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Trondheim’s taciturn Viking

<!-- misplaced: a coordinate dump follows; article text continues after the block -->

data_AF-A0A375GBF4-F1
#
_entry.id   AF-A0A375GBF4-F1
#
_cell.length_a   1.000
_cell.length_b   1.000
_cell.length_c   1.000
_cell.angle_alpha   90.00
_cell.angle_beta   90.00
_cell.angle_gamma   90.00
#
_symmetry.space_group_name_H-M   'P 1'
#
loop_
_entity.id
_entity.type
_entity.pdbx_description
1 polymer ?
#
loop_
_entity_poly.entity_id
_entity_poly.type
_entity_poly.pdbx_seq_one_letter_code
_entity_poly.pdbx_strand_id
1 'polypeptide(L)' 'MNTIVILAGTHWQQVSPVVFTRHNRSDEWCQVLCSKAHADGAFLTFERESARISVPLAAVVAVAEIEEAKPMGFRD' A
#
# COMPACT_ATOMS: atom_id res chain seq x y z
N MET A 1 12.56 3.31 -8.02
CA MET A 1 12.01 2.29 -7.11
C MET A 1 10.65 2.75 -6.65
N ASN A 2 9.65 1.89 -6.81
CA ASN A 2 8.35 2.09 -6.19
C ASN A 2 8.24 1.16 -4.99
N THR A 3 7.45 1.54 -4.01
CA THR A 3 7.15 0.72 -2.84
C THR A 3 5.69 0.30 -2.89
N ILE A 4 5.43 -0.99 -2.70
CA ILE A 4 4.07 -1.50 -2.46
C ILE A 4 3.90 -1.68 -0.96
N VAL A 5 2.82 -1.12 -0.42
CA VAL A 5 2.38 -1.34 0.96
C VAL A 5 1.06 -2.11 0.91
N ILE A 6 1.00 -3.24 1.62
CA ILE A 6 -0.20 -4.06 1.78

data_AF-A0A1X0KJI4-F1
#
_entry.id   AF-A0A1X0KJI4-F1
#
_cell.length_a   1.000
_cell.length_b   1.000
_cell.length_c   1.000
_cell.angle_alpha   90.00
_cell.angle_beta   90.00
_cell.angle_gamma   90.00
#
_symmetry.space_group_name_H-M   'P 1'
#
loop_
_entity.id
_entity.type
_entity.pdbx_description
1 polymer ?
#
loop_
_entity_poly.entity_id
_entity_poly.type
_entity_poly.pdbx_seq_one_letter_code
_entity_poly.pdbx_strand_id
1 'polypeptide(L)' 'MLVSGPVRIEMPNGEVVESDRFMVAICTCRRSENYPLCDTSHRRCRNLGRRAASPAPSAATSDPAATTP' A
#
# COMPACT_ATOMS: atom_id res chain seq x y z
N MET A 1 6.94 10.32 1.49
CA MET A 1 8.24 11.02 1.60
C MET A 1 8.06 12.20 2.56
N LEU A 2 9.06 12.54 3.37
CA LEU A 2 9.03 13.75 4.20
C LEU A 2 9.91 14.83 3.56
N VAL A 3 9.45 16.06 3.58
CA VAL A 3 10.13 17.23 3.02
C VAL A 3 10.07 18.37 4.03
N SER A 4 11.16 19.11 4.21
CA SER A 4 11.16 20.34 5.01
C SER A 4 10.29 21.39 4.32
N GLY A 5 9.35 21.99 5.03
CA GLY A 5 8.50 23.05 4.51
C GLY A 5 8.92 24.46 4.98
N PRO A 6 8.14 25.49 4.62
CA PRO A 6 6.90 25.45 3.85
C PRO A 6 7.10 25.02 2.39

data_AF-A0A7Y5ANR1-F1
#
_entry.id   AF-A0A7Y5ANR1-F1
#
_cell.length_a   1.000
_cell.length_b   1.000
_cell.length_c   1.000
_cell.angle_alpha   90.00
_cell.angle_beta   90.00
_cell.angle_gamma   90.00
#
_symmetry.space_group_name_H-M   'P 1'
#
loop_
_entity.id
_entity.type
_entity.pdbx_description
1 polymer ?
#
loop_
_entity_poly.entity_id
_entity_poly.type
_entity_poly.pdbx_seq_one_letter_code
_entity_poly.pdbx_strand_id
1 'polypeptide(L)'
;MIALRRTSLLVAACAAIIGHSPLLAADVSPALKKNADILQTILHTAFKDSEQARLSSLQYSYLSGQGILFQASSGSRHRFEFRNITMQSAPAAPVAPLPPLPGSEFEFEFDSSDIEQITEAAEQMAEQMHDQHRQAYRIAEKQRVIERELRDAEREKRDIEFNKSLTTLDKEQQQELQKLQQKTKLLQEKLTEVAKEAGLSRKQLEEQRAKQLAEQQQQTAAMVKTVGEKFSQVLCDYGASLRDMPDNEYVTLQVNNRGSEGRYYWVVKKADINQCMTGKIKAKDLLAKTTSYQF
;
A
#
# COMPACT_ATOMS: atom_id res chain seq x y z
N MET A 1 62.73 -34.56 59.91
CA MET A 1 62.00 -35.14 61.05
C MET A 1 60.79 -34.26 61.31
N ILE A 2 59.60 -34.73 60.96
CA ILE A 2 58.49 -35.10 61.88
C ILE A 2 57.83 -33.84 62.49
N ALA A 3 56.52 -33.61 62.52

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One of the most spectacular Vikings of his time, Olav Tryggvason is surrounded by myth and legend. The most plausible account of his early days has his mother fleeing Norway with her son when he was about three years old, ending up in exile in Sweden and ultimately Russia. Thereafter, Tryggvason cut his Viking spurs in a series of piratical raids, before leading a large fleet in an attack on England in 991. The English bought him off, then again three years later, and the two payments of this “Danegeld” made him extremely rich. Part of the deal for the second payment was that he become a Christian and, against all expectations, the Viking chieftain seems to have taken his new faith seriously. Tryggvason then hot-footed it back to Norway, where he quickly wrested control of most of the country and founded Trondheim in 997. His brutal imposition of Christianity, however, infuriated many of his subjects – the Tronders, in particular, were determined to hang onto their pagan gods and were especially hacked off by Olav’s bloody attempts to force them to be Christians. Few mourned when, after just five years as king, Tryggvason was ambushed and killed.

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